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You Are Unborn
Frank: I’ve heard you speak about people coming to you and Vedanta with their psychological issues and your opinion on it. I think my jiva is okay. It’s like a coat, not very stylish, well-worn, not that attractive to others who care about that sort of thing, but it does the job, so why throw it away for something else, it is only a coat? Not sure if the analogy works but it just came to mind and it feels appropriate.
James: Nice analogy.
Frank: You suggested that the nitpickiness might be masking some deeper issue, but like you I’m not really interested in wasting time on that either. Remember, that term was Sundari’s, but my wife seemed to think it fitted, as she says that I’m always wanting to get into the details of certain things (though other things she says I don’t seem to give a damn [about]) but that’s another issue and I really don’t care. Maybe I’m like your friend you spoke of that said of his shit: “Well, James, it’s warm and it’s mine.”
James: Well, in his case it was just tamas speaking. He really wasn’t okay with his shit. He was in denial. His life was cut short when he drowned in it.
Frank: So to Vedanta.
James: Vedanta is about you, so the topic above is also Vedanta.
Frank: I hear what you are saying in that first paragraph, so onto “what caught your eye.” You say: “The idea that a dead mind is moksa, which your statement implies, is not true. The mind, thinking or not, is mithya.” It definitely was not my intention to imply that and I am miffed how my statement led to that impression.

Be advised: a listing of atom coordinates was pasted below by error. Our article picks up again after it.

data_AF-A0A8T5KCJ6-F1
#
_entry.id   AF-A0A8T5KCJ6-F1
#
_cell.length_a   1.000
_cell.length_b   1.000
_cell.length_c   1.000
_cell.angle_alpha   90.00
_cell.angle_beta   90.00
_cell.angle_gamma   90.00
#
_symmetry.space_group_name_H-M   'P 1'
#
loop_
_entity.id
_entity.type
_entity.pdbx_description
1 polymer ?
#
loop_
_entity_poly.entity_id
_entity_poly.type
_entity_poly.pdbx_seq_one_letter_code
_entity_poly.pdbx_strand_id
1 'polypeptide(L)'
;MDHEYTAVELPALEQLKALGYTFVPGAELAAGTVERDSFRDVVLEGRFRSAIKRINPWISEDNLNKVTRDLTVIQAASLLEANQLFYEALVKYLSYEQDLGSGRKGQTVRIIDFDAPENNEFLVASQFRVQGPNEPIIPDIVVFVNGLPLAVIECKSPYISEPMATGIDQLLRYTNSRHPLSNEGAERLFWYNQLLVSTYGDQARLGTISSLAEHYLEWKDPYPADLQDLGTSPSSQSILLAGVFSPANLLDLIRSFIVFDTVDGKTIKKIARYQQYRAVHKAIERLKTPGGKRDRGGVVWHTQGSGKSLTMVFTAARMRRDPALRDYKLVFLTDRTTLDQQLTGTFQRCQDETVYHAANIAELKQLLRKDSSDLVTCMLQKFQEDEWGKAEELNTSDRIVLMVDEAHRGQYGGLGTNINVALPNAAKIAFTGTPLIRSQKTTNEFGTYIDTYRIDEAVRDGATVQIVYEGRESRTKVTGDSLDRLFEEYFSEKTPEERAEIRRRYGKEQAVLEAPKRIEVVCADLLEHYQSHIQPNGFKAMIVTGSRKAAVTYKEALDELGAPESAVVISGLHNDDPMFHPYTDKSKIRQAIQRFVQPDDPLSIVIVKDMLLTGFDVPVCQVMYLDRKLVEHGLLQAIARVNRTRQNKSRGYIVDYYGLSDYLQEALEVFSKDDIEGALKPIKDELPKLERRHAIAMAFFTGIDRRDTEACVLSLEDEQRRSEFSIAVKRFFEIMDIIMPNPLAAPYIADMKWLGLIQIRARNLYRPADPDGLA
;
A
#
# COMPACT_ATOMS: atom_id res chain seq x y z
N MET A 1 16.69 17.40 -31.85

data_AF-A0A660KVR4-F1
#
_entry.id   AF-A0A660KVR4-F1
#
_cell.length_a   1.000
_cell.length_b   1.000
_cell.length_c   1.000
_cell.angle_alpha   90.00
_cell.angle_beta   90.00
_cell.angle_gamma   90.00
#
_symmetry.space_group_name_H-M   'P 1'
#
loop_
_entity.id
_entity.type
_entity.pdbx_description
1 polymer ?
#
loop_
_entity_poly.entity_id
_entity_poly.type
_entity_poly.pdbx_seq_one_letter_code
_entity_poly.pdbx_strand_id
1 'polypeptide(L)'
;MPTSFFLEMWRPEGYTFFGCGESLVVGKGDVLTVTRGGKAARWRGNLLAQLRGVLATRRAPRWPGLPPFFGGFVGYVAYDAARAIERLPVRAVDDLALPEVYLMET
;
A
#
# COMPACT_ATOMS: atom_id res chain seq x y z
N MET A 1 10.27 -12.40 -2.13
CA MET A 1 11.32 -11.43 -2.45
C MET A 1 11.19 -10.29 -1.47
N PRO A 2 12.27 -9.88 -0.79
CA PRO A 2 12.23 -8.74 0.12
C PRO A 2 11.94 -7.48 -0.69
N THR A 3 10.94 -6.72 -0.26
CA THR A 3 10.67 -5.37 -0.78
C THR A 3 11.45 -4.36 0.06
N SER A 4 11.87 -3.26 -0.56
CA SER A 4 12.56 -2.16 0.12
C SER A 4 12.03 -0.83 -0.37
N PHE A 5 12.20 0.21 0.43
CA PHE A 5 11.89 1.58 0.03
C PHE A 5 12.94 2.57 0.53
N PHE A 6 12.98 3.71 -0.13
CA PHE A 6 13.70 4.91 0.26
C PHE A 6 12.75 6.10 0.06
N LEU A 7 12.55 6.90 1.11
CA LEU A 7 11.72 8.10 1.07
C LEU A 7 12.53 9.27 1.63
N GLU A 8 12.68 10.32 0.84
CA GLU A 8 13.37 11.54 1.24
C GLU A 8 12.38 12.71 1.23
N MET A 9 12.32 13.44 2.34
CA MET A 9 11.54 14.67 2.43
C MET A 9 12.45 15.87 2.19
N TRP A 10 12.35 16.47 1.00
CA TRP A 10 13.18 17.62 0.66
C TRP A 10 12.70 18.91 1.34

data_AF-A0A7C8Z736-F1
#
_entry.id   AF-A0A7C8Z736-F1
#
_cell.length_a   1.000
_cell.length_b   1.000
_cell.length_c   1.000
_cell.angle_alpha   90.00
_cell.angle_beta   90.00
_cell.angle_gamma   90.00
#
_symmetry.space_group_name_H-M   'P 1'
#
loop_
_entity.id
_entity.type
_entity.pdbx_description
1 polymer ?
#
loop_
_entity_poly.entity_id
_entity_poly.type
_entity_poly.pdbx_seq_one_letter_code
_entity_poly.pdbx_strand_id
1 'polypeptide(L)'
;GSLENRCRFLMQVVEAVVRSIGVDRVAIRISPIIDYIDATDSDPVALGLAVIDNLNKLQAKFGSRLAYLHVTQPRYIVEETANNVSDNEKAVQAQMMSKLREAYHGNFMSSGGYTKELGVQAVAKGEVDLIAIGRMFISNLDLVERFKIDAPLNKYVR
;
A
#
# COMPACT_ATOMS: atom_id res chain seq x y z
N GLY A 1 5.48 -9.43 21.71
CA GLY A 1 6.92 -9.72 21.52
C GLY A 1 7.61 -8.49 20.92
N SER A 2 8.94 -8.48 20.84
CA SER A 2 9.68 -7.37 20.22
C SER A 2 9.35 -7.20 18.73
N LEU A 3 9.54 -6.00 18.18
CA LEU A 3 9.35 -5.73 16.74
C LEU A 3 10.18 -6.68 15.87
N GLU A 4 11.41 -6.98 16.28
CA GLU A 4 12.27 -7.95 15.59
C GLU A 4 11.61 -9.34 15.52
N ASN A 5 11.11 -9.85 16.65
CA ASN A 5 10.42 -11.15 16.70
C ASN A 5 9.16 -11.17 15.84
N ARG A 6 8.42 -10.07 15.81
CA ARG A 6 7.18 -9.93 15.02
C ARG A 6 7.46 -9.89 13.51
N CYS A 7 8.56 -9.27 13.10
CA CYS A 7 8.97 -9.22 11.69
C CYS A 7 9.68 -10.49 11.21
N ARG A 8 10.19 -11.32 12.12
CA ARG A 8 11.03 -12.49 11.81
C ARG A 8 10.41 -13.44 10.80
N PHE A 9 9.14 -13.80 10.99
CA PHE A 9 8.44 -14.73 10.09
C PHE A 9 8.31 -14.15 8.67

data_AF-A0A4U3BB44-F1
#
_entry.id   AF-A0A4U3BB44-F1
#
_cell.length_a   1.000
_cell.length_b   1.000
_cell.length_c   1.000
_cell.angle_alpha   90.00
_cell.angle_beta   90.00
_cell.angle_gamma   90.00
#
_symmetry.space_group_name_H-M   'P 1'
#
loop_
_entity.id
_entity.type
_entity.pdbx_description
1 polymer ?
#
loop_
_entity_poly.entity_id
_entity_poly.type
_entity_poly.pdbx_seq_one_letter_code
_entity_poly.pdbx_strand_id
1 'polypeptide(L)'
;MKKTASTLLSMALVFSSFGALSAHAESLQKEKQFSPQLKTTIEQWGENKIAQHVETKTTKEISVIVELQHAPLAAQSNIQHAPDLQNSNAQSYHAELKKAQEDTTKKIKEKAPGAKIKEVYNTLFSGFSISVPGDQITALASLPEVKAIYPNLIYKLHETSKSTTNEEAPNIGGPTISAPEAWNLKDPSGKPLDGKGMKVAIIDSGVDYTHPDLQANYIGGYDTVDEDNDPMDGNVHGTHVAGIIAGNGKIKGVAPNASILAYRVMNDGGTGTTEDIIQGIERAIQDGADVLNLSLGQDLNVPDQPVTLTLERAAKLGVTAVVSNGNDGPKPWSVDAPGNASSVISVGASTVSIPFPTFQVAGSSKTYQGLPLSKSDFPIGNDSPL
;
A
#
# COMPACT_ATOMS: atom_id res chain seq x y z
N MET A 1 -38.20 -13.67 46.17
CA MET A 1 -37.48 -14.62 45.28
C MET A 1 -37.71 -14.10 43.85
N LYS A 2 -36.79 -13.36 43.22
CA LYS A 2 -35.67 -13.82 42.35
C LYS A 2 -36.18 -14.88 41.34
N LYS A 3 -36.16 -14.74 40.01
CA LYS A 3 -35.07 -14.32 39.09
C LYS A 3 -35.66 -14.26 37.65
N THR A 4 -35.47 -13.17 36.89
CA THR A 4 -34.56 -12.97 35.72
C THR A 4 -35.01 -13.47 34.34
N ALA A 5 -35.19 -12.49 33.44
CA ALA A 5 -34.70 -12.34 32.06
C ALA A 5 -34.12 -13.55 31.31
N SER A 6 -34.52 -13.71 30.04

I do not think I’ve ever bought into the idea of a dead mind leading to enlightenment. Maybe when I was in Burma years ago, sitting for three months doing vipassana meditation, I had some idea of “getting nirvana if I just could watch my mind and control it” or some such fantasy, but that idea has long passed. One of your greatest gifts to me was the knowledge regarding experience, the myth of having or wanting some particular experience to change me. Just hearing that in itself was freedom for this jiva. I have shown no interest in samadhis, because it seemed to be way too much effort, for what? Maybe I did not know its value and I did not care.
James: Because I don’t know you, Frank, I was fishing. I wasn’t certain if you were confused about the knowledge/experience issue. The way the sentence was written caused a doubt. But it seems you resolved that issue a long time ago.